Planning for Senior Community Living
Lessons from the Pandemic
For many seniors, community living provides the care and socialization that they need or desire. While we pray that we will never encounter a similar situation in the future, it is important to reflect on what can be learned from the pandemic when choosing where and how we spend our golden years.
Quarantines are a Reality
Everyone is aware of the lockdowns that occurred in senior communities during the Covid-19 pandemic. To prevent an outbreak of illness among residents, seniors were quarantined in their rooms for weeks and even months on end. In most cases, residents were unable to visit or even see their loved ones.
While the duration and widespread nature of quarantines were unprecedented, many may not realize that lockdowns have long been a reality of senior community living. The annual flu season can bring brief periods of quarantine for individual seniors and for entire communities, especially in skilled nursing centers.
It is important to inquire about quarantine policies when visiting potential communities to determine if they provide the right balance of protection and socialization for you or your loved one. While quarantines can’t be completely avoided, there are strategies to make the times of isolation much less isolating.
Room Choice makes a Difference
While some seniors had no direct access to relatives, others were able to visit regularly because of their room choices. Residents with main floor rooms were able to converse with visitors through windows. Similarly, those with balconies enjoyed Juliet-style visits with loved ones below. A driveway-facing room afforded views of car parades and a connection to the outside world.
Direct access to outdoor space was a welcome escape for those fortunate to have a patio or balcony.
Talk to admissions personnel about the different room types available and the access they provided during the different stages of the pandemic. If it is necessary to get on a waiting list to secure the most desirable room, that may be a good course of action.
In many cases, activity directors were the unsung heroes of the pandemic for many senior community residents. The creativity of these staff members was instrumental in keeping residents engaged and connected to their neighbors, which is important for good mental health.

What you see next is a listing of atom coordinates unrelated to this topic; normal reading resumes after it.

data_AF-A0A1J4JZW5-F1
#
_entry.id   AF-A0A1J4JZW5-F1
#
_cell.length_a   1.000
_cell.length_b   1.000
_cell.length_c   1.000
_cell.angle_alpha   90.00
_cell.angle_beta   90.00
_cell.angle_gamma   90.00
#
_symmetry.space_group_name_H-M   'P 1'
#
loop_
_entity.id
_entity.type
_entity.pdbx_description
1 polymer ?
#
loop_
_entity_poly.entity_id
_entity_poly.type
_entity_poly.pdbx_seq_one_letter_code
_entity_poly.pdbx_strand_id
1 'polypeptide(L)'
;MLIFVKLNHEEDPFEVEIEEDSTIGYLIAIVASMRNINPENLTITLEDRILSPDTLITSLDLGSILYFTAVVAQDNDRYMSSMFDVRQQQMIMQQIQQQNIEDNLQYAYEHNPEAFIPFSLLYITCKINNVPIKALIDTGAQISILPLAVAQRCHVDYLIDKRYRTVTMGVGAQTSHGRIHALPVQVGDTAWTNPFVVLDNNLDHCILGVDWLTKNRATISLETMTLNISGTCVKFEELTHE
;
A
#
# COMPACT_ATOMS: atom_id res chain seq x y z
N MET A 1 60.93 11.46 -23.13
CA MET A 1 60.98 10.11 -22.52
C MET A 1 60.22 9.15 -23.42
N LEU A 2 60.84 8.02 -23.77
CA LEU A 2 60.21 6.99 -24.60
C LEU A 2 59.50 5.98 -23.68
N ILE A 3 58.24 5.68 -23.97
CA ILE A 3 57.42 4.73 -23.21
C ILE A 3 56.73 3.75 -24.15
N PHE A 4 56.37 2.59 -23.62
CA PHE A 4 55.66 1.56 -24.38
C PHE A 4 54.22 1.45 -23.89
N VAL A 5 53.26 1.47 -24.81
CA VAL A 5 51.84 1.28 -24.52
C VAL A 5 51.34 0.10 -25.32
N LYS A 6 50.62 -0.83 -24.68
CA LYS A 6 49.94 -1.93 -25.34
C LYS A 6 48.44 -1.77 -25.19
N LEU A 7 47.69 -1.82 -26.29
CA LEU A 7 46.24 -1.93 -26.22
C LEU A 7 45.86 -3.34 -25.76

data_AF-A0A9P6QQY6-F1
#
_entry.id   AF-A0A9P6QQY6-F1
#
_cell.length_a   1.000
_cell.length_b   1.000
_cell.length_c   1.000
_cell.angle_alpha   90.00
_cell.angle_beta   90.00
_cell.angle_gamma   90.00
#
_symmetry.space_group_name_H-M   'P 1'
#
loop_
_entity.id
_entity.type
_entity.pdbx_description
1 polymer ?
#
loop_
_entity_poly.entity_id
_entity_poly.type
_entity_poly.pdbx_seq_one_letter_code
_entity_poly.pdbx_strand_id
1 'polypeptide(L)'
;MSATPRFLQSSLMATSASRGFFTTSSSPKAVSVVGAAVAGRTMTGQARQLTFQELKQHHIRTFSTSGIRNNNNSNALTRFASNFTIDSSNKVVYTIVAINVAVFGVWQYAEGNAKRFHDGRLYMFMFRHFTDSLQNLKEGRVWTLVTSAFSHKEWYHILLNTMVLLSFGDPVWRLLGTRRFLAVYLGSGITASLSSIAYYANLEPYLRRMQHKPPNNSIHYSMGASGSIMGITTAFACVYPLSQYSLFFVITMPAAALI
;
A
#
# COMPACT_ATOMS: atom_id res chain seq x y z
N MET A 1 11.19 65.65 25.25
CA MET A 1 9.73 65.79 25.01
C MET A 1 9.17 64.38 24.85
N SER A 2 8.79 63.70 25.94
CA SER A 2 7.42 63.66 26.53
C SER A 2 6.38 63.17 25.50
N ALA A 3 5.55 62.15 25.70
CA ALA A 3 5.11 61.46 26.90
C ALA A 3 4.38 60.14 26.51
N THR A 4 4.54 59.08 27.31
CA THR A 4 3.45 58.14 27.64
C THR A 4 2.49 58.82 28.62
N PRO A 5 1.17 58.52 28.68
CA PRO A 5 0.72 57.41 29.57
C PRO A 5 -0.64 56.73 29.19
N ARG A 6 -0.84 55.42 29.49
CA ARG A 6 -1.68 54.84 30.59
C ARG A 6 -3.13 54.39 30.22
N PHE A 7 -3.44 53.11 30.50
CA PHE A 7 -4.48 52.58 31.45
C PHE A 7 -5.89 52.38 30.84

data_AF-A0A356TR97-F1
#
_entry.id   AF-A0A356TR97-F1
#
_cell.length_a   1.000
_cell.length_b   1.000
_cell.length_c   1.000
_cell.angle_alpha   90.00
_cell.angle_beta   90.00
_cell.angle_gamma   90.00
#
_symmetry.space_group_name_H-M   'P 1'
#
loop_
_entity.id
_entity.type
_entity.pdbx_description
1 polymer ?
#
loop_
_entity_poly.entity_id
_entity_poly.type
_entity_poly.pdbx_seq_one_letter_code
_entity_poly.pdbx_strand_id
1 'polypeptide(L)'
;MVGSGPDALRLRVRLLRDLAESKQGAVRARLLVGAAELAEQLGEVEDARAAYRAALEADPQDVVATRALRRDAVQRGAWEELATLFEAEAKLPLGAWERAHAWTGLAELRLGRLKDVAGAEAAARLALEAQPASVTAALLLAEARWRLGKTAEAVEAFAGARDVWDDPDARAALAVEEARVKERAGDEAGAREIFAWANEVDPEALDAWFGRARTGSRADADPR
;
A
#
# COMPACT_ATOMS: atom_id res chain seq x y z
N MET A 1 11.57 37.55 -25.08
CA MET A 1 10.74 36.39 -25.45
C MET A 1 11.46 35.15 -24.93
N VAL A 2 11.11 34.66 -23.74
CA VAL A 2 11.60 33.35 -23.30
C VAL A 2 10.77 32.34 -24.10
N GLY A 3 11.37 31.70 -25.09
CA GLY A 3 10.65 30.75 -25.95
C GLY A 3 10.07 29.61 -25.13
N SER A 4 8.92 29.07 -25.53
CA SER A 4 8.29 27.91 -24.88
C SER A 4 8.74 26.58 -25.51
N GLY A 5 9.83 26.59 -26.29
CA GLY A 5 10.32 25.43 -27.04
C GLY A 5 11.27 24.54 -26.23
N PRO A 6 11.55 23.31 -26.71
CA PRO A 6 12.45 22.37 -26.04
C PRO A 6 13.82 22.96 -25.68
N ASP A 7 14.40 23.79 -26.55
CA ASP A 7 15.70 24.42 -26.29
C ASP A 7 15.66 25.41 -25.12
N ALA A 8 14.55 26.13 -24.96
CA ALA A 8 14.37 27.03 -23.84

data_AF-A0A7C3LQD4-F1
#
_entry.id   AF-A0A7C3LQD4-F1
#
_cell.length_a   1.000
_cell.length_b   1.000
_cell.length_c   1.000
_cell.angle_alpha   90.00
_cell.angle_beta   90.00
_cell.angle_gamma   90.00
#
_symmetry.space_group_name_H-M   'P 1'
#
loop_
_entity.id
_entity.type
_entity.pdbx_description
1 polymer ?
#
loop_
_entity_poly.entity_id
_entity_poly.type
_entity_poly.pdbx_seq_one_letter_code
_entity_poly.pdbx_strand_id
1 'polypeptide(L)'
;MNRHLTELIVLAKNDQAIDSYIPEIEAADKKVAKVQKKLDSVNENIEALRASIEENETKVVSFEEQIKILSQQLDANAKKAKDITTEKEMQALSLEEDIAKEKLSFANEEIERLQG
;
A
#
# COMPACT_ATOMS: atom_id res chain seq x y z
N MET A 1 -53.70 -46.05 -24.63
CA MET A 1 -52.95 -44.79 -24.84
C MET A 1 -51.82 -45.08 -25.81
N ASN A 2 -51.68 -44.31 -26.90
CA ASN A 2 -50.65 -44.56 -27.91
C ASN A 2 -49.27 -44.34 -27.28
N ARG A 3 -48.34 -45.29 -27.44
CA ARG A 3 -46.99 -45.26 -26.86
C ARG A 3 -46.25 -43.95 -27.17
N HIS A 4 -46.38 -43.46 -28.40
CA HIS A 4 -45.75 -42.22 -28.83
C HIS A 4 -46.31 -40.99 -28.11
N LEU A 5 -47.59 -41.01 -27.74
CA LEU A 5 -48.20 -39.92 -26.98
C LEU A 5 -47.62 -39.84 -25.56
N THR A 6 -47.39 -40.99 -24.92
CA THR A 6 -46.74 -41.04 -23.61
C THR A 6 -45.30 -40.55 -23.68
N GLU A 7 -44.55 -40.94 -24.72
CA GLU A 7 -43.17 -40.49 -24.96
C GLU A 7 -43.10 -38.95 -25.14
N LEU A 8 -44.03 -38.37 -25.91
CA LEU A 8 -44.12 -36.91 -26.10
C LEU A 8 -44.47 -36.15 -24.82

Staff members wheeled carts door-to-door to offer residents activity packs and special snacks, often keeping to a seasonal or travel theme. As restrictions loosened, many residents sat in the hallway in front of their doorways to participate in social-distanced exercise classes and bingo games. When outside entertainment wasn’t possible, some staff members got creative with recorded music and even costumes.
Before visiting a community, review their social media posts for the past couple years to see how they engaged residents. Compare posts from other communities with comparable care levels, as well. Most senior communities post regularly which gives a bit of a window into the type of activities available to residents both during the pandemic and afterward.
Technology is Here to Stay
For seniors living independently and in communities, technology played an increased role. FaceTiming with children, grandchildren, and friends became a way to stay connected with those they couldn’t physically visit. The increased use of virtual medical visits during the pandemic has forever changed the way health care is delivered, especially for the homebound and seniors in community living environments.
Many senior communities purchased iPads and other tablets for use by their residents during the pandemic. Even now that the pandemic has passed, the availability of technology remains important.
Talk to the admissions personnel about the technology that is provided to the residents and the assistance given to use that technology. Also ask about what is permitted for residents to bring in with them. For example, w
While it may seem like a great idea to install a surveillance camera (aka ‘granny cam’) to make sure a loved one is receiving proper care, it may not to be permitted due to privacy issues.
Moving to community living from a long-term family home may seem intimidating. Preparation is key to a successful transition. However, due to unforeseen circumstances, it isn’t always possible to research communities immediately prior to making the move. That’s why it is important to do research in advance to come up with a strategy should the need to make an unexpected move arise.
As a Seniors Real Estate Specialist (SRES),
I partner with other professionals to assist in the transition
from homeownership to senior community living.
Consider me a resource to help make the senior years truly golden!